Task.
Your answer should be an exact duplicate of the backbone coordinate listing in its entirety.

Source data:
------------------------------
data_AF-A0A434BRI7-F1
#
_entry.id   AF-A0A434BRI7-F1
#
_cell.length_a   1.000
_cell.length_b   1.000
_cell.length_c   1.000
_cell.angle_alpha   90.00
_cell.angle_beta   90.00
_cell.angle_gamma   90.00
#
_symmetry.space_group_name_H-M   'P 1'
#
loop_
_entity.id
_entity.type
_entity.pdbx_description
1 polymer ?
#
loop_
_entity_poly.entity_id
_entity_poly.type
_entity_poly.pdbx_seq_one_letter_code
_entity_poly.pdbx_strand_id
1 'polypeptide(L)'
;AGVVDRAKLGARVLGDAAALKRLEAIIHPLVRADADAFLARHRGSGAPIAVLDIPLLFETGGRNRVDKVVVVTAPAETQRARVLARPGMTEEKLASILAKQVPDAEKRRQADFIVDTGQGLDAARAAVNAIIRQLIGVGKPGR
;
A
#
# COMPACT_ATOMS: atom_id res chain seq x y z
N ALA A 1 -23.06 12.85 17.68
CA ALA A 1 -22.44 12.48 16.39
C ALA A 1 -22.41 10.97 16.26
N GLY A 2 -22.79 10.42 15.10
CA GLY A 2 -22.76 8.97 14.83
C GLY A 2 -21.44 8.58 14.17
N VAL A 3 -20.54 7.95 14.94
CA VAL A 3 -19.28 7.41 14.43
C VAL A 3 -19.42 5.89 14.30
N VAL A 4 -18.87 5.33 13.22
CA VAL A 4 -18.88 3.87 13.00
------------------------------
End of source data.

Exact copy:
data_AF-A0A434BRI7-F1
#
_entry.id   AF-A0A434BRI7-F1
#
_cell.length_a   1.000
_cell.length_b   1.000
_cell.length_c   1.000
_cell.angle_alpha   90.00
_cell.angle_beta   90.00
_cell.angle_gamma   90.00
#
_symmetry.space_group_name_H-M   'P 1'
#
loop_
_entity.id
_entity.type
_entity.pdbx_description
1 polymer ?
#
loop_
_entity_poly.entity_id
_entity_poly.type
_entity_poly.pdbx_seq_one_letter_code
_entity_poly.pdbx_strand_id
1 'polypeptide(L)'
;AGVVDRAKLGARVLGDAAALKRLEAIIHPLVRADADAFLARHRGSGAPIAVLDIPLLFETGGRNRVDKVVVVTAPAETQRARVLARPGMTEEKLASILAKQVPDAEKRRQADFIVDTGQGLDAARAAVNAIIRQLIGVGKPGR
;
A
#
# COMPACT_ATOMS: atom_id res chain seq x y z
N ALA A 1 -23.06 12.85 17.68
CA ALA A 1 -22.44 12.48 16.39
C ALA A 1 -22.41 10.97 16.26
N GLY A 2 -22.79 10.42 15.10
CA GLY A 2 -22.76 8.97 14.83
C GLY A 2 -21.44 8.58 14.17
N VAL A 3 -20.54 7.95 14.94
CA VAL A 3 -19.28 7.41 14.43
C VAL A 3 -19.42 5.89 14.30
N VAL A 4 -18.87 5.33 13.22
CA VAL A 4 -18.88 3.87 13.00